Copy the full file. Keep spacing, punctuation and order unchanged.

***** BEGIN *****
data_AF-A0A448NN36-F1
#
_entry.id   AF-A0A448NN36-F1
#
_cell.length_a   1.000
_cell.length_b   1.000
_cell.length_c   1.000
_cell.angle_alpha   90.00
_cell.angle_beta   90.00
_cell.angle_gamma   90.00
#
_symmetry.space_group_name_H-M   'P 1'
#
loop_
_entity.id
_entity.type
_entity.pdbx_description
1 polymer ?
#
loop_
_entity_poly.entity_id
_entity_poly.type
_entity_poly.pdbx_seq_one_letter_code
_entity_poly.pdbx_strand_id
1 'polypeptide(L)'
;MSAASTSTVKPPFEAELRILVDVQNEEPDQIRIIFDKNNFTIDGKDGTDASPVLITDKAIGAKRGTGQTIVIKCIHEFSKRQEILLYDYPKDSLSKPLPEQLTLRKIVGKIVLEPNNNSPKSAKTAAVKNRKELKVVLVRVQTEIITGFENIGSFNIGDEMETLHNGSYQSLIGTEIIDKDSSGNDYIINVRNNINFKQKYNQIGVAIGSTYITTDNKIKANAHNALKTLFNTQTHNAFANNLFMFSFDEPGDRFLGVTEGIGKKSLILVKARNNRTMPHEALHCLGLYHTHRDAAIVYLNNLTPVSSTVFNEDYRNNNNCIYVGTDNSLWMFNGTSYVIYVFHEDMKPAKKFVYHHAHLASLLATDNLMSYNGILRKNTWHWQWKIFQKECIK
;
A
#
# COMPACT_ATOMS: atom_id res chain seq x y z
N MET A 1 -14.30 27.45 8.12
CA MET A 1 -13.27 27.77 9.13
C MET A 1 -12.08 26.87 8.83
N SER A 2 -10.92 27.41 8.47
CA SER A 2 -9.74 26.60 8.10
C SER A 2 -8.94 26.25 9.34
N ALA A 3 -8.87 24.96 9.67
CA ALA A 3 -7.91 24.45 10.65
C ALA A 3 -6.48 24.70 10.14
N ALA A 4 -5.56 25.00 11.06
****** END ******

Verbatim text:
data_AF-A0A448NN36-F1
#
_entry.id   AF-A0A448NN36-F1
#
_cell.length_a   1.000
_cell.length_b   1.000
_cell.length_c   1.000
_cell.angle_alpha   90.00
_cell.angle_beta   90.00
_cell.angle_gamma   90.00
#
_symmetry.space_group_name_H-M   'P 1'
#
loop_
_entity.id
_entity.type
_entity.pdbx_description
1 polymer ?
#
loop_
_entity_poly.entity_id
_entity_poly.type
_entity_poly.pdbx_seq_one_letter_code
_entity_poly.pdbx_strand_id
1 'polypeptide(L)'
;MSAASTSTVKPPFEAELRILVDVQNEEPDQIRIIFDKNNFTIDGKDGTDASPVLITDKAIGAKRGTGQTIVIKCIHEFSKRQEILLYDYPKDSLSKPLPEQLTLRKIVGKIVLEPNNNSPKSAKTAAVKNRKELKVVLVRVQTEIITGFENIGSFNIGDEMETLHNGSYQSLIGTEIIDKDSSGNDYIINVRNNINFKQKYNQIGVAIGSTYITTDNKIKANAHNALKTLFNTQTHNAFANNLFMFSFDEPGDRFLGVTEGIGKKSLILVKARNNRTMPHEALHCLGLYHTHRDAAIVYLNNLTPVSSTVFNEDYRNNNNCIYVGTDNSLWMFNGTSYVIYVFHEDMKPAKKFVYHHAHLASLLATDNLMSYNGILRKNTWHWQWKIFQKECIK
;
A
#
# COMPACT_ATOMS: atom_id res chain seq x y z
N MET A 1 -14.30 27.45 8.12
CA MET A 1 -13.27 27.77 9.13
C MET A 1 -12.08 26.87 8.83
N SER A 2 -10.92 27.41 8.47
CA SER A 2 -9.74 26.60 8.10
C SER A 2 -8.94 26.25 9.34
N ALA A 3 -8.87 24.96 9.67
CA ALA A 3 -7.91 24.45 10.65
C ALA A 3 -6.48 24.70 10.14
N ALA A 4 -5.56 25.00 11.06